Experience teaches nothing, but evaluated experience teaches everything ~ John C. Maxwell
This is my reflection on the last ten years, although to be true to my experience some lessons trace back from the high school days.
1. You are never ready
My grandfather used to say, “Nobody in the family can understand what the head of the house bears for the family unless they are in his shoes.” The same applies to leadership. No matter how much close you are to a leader or how much you share the burden with him, you are never ready. Times change, the challenges are new. You change too. This is a good thing because you realize you don’t deserve it, so you start with humility. You will need it.
2. Admit your shortcomings.
Self-awareness and personal development is a steady practice for me. Lately, however, I have found myself in the self-examination mode more and more often. Admitting your weaknesses is liberating and, at the same time, it makes you less vulnerable to criticism. It is a growing experience. Also, it helps you connect with people. People admire your gifts, but they connect with you in your weakness. I hope you will not remain in the diagnosed phase but will do something about it.
3. Act out of obedience, not feelings.
Leadership is stressful at times. Depending on the area of your leadership, stress may be a reality most of the time. The tension between dealing with your emotions and making the right decision will be a constant struggle. The value system of the leader is very important. I am learning to co-exist with hurt feelings in order to pay the benefit of the greater good.
4. Leaders are rare; most people are counselors and managers.
There are many theories that try to deal with the difference between a leader and a manager. My radical approach is: “A leader is a person worth dying for.” I would always put integrity before competency.
5. You don`t decide on people’s lives; they decide for themselves.
This sounds counterintuitive, as leaders lead people. What I mean is that no matter how great the leader’s influence on people’s lives, followers decide for themselves. They do have a choice. You don’t have the final word in their lives. This is comforting but at the same time it can be taken as abusive. There’s a fine line between caring, manipulating, or even controlling people entrusted to you. The alignment the leader brings toward the vision and mission might be resisted or misread, because the perception is that you are in the business of “running” people’s dreams. What you’re actually doing is helping them find their passion and dream.
6. You don`t know what you don`t know
This is not a code word. Often times you might sincerely be blinded and missing something that could either hinder or help your leadership. For example, when I ask other leaders what they think their blind spot is, some say: ”This is a trick question because if it is a blind spot you don’t see it and, as a result, you don`t know on your own what you cannot see.” This should not discourage you. What you should do, is to make the decision to allow trusted friends to help you in that area.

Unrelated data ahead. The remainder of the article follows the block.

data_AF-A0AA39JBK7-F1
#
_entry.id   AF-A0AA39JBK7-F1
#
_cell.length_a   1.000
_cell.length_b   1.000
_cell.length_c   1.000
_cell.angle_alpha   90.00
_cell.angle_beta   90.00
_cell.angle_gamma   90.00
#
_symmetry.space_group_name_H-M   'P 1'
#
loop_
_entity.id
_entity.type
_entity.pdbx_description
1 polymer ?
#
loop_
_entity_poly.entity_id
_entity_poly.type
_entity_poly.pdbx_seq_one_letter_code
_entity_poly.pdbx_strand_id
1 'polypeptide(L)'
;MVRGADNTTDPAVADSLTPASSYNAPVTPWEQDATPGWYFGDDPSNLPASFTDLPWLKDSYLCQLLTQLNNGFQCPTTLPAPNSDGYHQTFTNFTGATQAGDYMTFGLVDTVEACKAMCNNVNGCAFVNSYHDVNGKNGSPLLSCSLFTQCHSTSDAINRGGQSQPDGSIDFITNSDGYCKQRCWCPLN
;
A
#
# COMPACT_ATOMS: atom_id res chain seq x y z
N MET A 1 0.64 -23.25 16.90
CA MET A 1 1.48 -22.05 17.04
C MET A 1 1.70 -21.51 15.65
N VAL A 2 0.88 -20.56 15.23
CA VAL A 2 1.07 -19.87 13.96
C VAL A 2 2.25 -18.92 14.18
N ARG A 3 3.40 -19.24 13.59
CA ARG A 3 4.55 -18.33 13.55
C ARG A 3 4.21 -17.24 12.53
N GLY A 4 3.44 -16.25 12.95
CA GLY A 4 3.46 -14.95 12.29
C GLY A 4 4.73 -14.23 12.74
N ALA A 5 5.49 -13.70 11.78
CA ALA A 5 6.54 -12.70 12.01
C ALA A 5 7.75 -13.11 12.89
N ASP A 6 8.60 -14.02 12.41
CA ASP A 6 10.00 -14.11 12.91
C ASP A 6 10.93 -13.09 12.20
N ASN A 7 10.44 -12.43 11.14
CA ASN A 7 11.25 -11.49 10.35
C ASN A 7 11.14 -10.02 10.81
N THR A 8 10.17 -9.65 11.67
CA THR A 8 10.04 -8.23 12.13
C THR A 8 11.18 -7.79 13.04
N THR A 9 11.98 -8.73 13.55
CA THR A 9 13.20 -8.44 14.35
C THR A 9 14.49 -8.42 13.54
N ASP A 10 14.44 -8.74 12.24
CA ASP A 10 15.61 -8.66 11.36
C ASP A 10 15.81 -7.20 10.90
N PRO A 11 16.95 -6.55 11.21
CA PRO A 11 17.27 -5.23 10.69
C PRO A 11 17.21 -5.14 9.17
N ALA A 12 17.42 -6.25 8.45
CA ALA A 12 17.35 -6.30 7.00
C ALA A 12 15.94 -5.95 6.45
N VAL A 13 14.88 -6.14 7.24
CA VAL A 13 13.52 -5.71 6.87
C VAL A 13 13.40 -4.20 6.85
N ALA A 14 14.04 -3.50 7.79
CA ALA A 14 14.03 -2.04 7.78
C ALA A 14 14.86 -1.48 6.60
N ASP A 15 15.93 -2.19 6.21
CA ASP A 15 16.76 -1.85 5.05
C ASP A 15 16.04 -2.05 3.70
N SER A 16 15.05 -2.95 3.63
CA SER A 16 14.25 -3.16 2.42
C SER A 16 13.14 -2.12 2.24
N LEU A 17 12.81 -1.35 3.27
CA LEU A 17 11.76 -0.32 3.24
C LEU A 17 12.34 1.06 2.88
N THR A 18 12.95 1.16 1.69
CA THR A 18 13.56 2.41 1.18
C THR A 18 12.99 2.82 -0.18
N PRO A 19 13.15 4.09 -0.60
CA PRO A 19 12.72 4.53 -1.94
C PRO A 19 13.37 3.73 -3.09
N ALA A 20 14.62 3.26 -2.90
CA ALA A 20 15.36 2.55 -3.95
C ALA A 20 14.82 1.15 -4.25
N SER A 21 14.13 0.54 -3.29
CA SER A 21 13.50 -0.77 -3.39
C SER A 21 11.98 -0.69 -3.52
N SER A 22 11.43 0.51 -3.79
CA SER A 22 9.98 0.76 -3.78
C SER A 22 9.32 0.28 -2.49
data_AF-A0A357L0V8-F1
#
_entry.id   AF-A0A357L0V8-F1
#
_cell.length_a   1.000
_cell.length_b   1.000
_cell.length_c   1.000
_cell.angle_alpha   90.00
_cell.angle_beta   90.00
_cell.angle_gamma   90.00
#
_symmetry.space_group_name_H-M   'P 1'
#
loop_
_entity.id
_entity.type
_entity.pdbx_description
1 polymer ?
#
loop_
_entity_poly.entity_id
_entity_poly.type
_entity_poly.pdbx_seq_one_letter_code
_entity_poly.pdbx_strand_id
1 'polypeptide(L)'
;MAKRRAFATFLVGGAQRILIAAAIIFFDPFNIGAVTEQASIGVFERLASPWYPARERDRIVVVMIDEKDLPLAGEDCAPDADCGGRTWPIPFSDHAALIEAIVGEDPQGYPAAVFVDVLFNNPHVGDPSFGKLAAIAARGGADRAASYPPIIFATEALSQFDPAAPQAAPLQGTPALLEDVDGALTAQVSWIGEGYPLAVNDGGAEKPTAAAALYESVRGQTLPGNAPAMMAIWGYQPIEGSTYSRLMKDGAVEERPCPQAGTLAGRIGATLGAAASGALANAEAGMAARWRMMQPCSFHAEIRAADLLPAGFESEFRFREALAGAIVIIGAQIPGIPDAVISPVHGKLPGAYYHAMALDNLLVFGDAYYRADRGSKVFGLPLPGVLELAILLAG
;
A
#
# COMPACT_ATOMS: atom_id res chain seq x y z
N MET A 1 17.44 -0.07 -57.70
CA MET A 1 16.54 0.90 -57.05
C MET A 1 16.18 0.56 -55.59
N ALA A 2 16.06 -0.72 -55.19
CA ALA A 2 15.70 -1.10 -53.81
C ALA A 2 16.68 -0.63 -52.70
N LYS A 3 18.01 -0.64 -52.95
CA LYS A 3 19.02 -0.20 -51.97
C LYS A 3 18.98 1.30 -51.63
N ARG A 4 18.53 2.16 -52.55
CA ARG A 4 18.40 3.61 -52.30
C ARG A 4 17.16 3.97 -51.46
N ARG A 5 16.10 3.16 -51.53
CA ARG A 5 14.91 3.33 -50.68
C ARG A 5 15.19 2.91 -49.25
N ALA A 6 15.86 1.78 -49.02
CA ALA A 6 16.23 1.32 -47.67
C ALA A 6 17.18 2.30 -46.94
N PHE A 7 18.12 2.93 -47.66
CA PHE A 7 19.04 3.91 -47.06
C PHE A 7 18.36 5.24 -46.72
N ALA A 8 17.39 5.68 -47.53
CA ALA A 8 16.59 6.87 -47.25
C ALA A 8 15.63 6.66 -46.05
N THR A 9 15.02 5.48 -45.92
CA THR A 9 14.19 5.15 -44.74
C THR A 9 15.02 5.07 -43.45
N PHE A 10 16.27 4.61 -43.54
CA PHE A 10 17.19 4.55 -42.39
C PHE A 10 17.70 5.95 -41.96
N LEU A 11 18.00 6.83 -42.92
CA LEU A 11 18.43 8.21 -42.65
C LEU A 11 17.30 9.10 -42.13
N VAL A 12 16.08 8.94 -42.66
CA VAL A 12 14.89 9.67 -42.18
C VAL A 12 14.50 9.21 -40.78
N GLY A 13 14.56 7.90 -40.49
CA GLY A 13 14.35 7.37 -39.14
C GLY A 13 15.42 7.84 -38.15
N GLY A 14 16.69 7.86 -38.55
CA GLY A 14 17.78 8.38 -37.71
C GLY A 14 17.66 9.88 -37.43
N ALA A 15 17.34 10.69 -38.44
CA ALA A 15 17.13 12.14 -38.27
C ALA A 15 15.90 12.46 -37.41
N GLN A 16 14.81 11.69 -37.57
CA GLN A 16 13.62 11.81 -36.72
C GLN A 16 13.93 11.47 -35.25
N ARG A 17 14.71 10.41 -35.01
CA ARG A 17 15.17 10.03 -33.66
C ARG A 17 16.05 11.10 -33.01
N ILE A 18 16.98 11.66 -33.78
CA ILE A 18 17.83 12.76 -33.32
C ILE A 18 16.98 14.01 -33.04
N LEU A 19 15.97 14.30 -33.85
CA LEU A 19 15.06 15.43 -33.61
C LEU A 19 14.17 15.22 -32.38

7. The hardest person to lead is you
I didn’t believe this at first. However, the greater influence you have, the more you need to deal with your ego. Rene Brown said it better – you need to check your ego at the door. Another question I have started to ask myself lately is, “Would I follow me?”
8. Your family and inner circle pay a price
They are the first to experience the real you, the one behind the scenes. They have to bear your bursts of anger and stress and your weak sides. At the same time, they have to be the first to support and cheer for you. They will have your presence, but not always the best of you.
9. When you change roles, you start over
In his book “Five levels of leadership”, John Maxwell makes the point that each time you change roles you start with the position of leadership. You just have a title, you need to work with relationships, leading people to results, and developing them. Leading a small group of people where I have multiple connections with the people I serve, I took some steps for granted. I did learn the lesson, though with some pain. It’s the same as in soccer – if you change your position in the field, the way you passed the ball or the person you passed it to needs to be adjusted. The goal is the same, though the way you play changes. You need to reposition yourself in the new environment.
10. You need God more than ever
My context of leadership is that of a faith-based organization. I could have named the tenth lesson “God is your best friend”. My example in life is Jesus of Nazareth, and this gives more hope and perspective for the long run, more than any other earthy relationship.